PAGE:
To be honest I very much doubt they'll all stay in the same seats for a 27 hour coach journey! If she gets a seat to herself she'll be lucky, and chances are the others will come "visiting". And it probably varies but my DS's school didn't just leave it up to the kids to decide who went in what room, they could suggest a friend but it was organised for them. Hope your DD has a great time, and sorry you are dealing with cancer.

Chottie Sun 23-Feb-14 19:47:35

My DN has just been on a long coach trip with his school. He is also 13 and he said that he was sitting on an outside seat (ie not window) and was talking to everyone near him. No-one just talked to the person sitting next to them. I hope this helps to reassure your DD. smile

Charlie2000 Sun 23-Feb-14 19:48:49

Thanks Kleinzeit

cory Sun 23-Feb-14 20:07:49

I think there is a good chance that they'll be moving around and talking to people in the seats behind and in front anyway. And that by the end of it she will just be grateful if she gets a chance to snatch a few minutes' sleep.1

Fingers crossed that she has a lovely trip. smile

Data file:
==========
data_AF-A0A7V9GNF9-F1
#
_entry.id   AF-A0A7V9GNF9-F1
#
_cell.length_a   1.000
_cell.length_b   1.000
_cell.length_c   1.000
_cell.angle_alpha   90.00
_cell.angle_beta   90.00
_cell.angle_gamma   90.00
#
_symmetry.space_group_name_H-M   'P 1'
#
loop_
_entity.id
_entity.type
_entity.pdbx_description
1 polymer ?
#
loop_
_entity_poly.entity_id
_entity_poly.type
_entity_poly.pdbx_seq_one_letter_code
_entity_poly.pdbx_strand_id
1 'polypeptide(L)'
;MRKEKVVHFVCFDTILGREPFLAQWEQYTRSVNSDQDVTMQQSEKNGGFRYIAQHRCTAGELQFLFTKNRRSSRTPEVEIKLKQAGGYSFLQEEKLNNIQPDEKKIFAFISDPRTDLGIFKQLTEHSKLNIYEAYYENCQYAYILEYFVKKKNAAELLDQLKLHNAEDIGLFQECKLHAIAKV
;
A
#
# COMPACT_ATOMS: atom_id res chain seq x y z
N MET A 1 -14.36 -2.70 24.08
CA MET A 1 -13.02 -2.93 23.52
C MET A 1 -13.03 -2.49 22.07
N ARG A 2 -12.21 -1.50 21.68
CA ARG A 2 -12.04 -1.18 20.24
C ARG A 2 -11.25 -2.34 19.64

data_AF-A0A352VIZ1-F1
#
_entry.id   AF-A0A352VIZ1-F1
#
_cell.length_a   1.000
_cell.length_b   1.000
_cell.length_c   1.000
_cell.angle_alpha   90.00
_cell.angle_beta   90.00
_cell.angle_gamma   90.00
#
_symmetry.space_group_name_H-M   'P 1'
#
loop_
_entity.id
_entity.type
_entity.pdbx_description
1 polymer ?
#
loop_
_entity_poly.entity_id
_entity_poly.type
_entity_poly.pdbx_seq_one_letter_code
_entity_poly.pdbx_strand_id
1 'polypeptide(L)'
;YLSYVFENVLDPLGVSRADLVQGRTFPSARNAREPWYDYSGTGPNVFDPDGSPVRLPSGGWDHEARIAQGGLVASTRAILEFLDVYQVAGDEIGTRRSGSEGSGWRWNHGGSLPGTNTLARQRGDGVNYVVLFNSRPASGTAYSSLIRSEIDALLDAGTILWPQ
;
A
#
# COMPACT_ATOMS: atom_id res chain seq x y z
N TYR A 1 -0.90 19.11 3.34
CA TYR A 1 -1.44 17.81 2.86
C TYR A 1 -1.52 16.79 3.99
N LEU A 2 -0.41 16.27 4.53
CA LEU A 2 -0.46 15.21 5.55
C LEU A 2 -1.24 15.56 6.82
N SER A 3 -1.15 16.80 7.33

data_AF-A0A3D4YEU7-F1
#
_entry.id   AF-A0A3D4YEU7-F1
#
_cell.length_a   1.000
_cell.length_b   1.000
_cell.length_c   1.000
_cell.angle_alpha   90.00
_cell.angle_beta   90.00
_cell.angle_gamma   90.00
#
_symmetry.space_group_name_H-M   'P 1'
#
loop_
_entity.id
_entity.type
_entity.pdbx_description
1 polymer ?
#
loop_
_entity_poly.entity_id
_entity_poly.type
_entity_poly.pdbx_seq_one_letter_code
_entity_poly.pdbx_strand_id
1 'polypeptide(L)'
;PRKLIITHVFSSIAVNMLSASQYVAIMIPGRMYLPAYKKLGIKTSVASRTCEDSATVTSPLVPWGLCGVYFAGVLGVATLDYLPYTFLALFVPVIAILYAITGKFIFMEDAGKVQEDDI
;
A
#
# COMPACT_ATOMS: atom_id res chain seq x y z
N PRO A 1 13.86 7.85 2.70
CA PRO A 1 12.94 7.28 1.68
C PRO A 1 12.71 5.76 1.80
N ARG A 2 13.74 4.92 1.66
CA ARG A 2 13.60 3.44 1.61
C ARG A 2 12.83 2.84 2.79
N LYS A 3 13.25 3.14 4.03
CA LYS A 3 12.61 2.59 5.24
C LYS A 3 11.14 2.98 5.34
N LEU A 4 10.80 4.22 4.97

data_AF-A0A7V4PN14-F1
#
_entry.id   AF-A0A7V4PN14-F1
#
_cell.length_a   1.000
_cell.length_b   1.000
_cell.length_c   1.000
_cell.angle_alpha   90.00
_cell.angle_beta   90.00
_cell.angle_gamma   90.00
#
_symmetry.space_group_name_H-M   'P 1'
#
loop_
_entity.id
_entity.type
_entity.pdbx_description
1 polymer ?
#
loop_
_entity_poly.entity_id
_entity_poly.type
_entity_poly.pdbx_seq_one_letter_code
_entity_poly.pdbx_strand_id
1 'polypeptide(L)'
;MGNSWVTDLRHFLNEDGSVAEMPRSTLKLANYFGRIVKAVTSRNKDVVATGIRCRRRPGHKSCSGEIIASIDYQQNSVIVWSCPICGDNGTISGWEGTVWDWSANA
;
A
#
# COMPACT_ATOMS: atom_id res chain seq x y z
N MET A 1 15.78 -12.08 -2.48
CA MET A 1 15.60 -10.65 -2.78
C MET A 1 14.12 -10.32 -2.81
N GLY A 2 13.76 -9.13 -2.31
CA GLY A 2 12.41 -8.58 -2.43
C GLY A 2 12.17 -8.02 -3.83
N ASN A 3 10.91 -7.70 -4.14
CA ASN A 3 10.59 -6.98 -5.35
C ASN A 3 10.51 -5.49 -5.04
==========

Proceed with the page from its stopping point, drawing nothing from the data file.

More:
There really isn't anything you can do- that would involve going in and asking the school to make sure that one of the other girls loses her seat next to a friend instead- how could you possibly motivate that?

I understand that it must be a very, very worrying time for you having cancer, and a very worrying time for her, but really you want to normalise her life as much as possible and that means letting her deal with the ordinary teen things like seating arrangements on a school trip.

Charlie2000 Sun 23-Feb-14 20:13:26

Yes I agree Cory

Kazzyv Mon 24-Feb-14 06:31:28

Sharing rooms is different to the coach - maybe have a word with the teacher to ask if there are triple rooms or just twins and ask if dd can be given a room with friends if not already done.
Similar happened with my DS and the school were good at allocating rooms to groups they knew were friends.

Charlie2000 Mon 24-Feb-14 08:06:19

Thanks Kazzy that's a good idea - I will contact the school and see what the situation is re: rooms

MrsSquirrel Mon 24-Feb-14 10:30:40

When my dd went on a trip, the teachers did the room assignments. They were 4 in a room. The kids got to express a preference, but the teachers chose.